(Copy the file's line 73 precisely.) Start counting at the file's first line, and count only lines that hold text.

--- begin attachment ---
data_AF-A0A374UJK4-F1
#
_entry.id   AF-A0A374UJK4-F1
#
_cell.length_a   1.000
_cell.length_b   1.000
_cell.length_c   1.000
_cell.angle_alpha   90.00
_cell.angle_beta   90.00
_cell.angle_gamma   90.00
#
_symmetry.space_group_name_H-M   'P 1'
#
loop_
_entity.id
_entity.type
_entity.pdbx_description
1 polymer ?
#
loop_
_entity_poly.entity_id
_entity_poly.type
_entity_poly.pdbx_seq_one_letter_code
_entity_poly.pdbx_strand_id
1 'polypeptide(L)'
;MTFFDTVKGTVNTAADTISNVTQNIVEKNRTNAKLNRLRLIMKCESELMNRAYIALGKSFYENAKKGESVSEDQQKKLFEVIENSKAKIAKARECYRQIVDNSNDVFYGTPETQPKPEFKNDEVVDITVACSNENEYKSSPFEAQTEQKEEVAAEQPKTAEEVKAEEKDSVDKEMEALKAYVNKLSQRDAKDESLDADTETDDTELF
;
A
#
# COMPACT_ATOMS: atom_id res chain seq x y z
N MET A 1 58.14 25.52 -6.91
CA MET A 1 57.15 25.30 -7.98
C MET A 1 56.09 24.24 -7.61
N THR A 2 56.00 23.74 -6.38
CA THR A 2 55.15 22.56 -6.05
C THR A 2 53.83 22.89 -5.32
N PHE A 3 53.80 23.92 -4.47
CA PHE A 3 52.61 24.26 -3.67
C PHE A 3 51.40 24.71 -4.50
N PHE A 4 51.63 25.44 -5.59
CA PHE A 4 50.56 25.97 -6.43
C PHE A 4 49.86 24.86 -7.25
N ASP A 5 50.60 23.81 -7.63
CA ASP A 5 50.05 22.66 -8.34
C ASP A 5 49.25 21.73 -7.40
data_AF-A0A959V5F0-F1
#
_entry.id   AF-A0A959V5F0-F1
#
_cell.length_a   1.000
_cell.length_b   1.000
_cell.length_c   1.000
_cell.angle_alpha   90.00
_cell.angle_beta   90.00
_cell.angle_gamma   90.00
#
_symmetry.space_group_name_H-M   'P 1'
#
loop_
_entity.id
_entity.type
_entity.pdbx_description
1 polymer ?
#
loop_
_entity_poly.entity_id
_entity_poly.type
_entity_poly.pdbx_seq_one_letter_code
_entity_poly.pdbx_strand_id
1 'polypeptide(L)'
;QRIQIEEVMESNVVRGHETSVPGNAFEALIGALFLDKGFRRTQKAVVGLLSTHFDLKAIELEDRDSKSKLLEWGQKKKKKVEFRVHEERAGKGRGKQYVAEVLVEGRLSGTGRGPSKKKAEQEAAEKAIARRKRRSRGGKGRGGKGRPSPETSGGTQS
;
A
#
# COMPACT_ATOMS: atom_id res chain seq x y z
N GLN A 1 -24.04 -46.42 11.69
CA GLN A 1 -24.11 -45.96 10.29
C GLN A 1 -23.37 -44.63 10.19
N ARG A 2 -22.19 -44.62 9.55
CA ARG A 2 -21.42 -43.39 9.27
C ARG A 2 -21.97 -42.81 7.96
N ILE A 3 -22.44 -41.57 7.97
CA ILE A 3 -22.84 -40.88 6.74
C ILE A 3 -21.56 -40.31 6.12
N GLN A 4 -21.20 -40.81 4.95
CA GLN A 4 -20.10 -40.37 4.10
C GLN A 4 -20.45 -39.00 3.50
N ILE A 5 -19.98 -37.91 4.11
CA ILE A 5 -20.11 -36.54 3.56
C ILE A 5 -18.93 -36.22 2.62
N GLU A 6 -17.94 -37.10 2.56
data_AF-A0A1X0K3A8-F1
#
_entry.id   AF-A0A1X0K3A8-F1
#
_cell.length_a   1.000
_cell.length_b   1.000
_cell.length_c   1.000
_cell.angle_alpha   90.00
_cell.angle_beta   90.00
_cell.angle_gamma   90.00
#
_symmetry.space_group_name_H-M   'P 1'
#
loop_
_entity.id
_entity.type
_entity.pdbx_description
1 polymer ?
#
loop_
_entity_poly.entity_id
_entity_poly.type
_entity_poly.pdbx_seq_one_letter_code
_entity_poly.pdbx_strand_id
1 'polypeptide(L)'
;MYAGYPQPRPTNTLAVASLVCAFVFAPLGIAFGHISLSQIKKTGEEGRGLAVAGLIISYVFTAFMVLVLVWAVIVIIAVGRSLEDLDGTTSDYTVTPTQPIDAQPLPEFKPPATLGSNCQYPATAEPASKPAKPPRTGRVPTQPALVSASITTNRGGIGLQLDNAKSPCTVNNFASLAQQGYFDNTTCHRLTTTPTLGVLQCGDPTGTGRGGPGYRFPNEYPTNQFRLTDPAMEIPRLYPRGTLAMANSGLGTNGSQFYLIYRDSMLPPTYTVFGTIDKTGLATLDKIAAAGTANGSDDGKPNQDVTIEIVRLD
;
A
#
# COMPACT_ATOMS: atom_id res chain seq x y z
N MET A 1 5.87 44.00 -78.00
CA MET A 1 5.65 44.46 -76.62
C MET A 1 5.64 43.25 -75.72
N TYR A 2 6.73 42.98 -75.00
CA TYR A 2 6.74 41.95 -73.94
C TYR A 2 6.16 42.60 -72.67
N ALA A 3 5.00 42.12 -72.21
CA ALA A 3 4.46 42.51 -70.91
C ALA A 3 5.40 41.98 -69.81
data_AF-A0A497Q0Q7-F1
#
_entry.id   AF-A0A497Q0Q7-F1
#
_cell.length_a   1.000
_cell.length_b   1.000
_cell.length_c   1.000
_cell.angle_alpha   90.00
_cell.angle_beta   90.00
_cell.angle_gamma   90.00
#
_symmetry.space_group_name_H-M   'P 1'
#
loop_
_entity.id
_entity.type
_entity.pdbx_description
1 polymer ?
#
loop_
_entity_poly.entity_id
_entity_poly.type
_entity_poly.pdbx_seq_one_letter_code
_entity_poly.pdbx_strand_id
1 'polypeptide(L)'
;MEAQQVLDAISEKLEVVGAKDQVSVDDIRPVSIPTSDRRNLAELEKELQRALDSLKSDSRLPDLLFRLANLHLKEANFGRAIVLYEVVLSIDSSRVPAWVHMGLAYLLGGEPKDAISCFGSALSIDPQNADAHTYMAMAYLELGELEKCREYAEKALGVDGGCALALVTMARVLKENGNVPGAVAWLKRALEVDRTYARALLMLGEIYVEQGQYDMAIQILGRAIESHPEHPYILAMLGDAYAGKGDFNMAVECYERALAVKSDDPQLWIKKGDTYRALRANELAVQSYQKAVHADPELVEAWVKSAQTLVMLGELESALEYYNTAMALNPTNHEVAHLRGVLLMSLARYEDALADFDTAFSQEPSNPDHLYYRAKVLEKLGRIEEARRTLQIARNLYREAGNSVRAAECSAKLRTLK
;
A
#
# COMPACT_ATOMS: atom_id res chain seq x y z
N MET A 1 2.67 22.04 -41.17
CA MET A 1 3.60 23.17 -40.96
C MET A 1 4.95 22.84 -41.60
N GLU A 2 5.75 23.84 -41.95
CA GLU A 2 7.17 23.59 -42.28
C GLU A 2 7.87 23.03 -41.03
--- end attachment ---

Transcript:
A